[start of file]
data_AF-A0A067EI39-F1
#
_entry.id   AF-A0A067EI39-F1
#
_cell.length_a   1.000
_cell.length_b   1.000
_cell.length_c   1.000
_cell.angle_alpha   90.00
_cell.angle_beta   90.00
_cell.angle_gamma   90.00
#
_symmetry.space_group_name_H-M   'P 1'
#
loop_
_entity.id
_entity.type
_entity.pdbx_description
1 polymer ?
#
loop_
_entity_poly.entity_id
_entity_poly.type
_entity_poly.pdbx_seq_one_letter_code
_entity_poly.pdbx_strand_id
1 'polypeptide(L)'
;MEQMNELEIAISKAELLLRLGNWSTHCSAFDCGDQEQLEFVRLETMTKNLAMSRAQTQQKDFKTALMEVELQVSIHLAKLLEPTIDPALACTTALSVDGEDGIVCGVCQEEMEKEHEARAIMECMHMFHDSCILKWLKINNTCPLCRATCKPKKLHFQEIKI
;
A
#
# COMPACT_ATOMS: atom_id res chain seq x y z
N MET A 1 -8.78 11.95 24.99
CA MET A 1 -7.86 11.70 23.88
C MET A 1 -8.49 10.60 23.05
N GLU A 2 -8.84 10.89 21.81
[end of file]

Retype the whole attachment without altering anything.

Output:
data_AF-A0A067EI39-F1
#
_entry.id   AF-A0A067EI39-F1
#
_cell.length_a   1.000
_cell.length_b   1.000
_cell.length_c   1.000
_cell.angle_alpha   90.00
_cell.angle_beta   90.00
_cell.angle_gamma   90.00
#
_symmetry.space_group_name_H-M   'P 1'
#
loop_
_entity.id
_entity.type
_entity.pdbx_description
1 polymer ?
#
loop_
_entity_poly.entity_id
_entity_poly.type
_entity_poly.pdbx_seq_one_letter_code
_entity_poly.pdbx_strand_id
1 'polypeptide(L)'
;MEQMNELEIAISKAELLLRLGNWSTHCSAFDCGDQEQLEFVRLETMTKNLAMSRAQTQQKDFKTALMEVELQVSIHLAKLLEPTIDPALACTTALSVDGEDGIVCGVCQEEMEKEHEARAIMECMHMFHDSCILKWLKINNTCPLCRATCKPKKLHFQEIKI
;
A
#
# COMPACT_ATOMS: atom_id res chain seq x y z
N MET A 1 -8.78 11.95 24.99
CA MET A 1 -7.86 11.70 23.88
C MET A 1 -8.49 10.60 23.05
N GLU A 2 -8.84 10.89 21.81